Cheltenham Borough Council has adopted a similarly pragmatic approach.  The Council has altered its constitution to allow all planning decisions to be determined by its officers after prior consultation with committee members.

Stroud District Council report that some staff have been redeployed to other departments, and that all meetings and site visits have been cancelled.  Stroud have also requested extensions to planning application deadlines where necessary.

The Forest of Dean District staff are working remotely and electronic applications and pre-application responses will continue to be processed.  Video conferencing for meetings is also being offered.

The Government’s Chief Planner issued a statement on 24th March, and the Government expects LPAs to take an innovative approach to allow the planning system to function using every opportunity to use technology. The message was clear that the wheels need to keep turning. Hopefully we can expect a rethink from councils that do not yet have clear processes in place.

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Keeping Permissions Alive

A number of immediate problems are rearing their heads, none of which have yet been subject to guidance. It is reasonable to think that the next planning related changes will be on these issues, particularly with regard to time limits.

Currently, development must be commenced no later than 3 years from the grant of a permission. For outline permissions, applications for reserved matters must be made no later than 3 years from the grant of permission, and development must begin no later than 2 years from the final approval of reserved matters.  These statutory time limits are to encourage developers to implement permissions, and once issued the time limit of a permission cannot be amended.

This raises obvious challenges in the coming months with staff shortages and site closures associated with a lack of supply chain.  Furthermore, LPAs may begin to struggle to discharge pre-commencement conditions.  The outcome is an increased risk of permissions being lost, and changing the law to counter this threat will take time.

There are a number of creative solutions however:

  1. A developer could commence development as soon as possible. Parts of the construction industry are still active. In order to commence a development, a ‘material operation’ needs to occur and the test for this is not high.
  2. If it is necessary for conditions to be discharged prior to commencement, use can be made of the deemed discharge of conditions procedure. If the LPA does not respond to an application within specific timeframes, the conditions are deemed to have been discharged.  The process though can be drawn out and thus may not address an immediate problem.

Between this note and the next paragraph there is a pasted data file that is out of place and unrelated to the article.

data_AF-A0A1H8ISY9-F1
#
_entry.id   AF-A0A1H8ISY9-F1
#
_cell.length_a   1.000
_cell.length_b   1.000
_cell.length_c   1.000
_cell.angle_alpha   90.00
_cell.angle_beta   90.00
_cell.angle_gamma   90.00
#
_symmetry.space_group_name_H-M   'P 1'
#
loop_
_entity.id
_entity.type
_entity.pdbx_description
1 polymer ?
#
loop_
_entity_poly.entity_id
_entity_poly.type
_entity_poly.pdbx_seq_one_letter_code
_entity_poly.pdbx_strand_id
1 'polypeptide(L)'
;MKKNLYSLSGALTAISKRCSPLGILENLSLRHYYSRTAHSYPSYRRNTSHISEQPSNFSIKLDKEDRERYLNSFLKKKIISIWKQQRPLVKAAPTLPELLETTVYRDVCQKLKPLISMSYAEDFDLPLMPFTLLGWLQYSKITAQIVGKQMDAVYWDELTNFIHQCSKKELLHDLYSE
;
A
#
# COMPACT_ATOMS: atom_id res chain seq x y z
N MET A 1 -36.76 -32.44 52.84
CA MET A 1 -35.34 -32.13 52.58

3. With regard to reserved matters, only the submission of the application is required by the deadline, not the decision itself.
  4. With some applications, it might be possible to submit a S73 planning application to adjust the trigger points for condition compliance so that a material start can be made on site without the need for unnecessary pre-commencement work.

The only really effective solution however is for the Government to change the law.  Notwithstanding the extensive challenges it is facing right now, the Government should be looking into new legislation for separate applications to extend time limits, or even an automatic extension to all permissions set to expire within say the next 6 months.

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S106 Agreements

We can envisage possible problems with developers having to meet ongoing obligations when it is no longer commercially viable to do so.

S106 Agreements are usually triggered by active or positive events.  If such payments have not been triggered it may be possible for a developer to cease work and avoid triggering payments.

However, trigger points may still occur in certain circumstances, particularly with regard to early and late stage viability assessments, and particularly where a developer has not been able to build out as swiftly or with many units as was originally envisaged.

Unfortunately there is no easy solution.  The existing routes to modification and renegotiation are dependent on the consent of all parties.  These routes are not easy, but where viability and deliverability are concerns, particularly where this will impact a 5 year housing land supply, this may be worthy of consideration.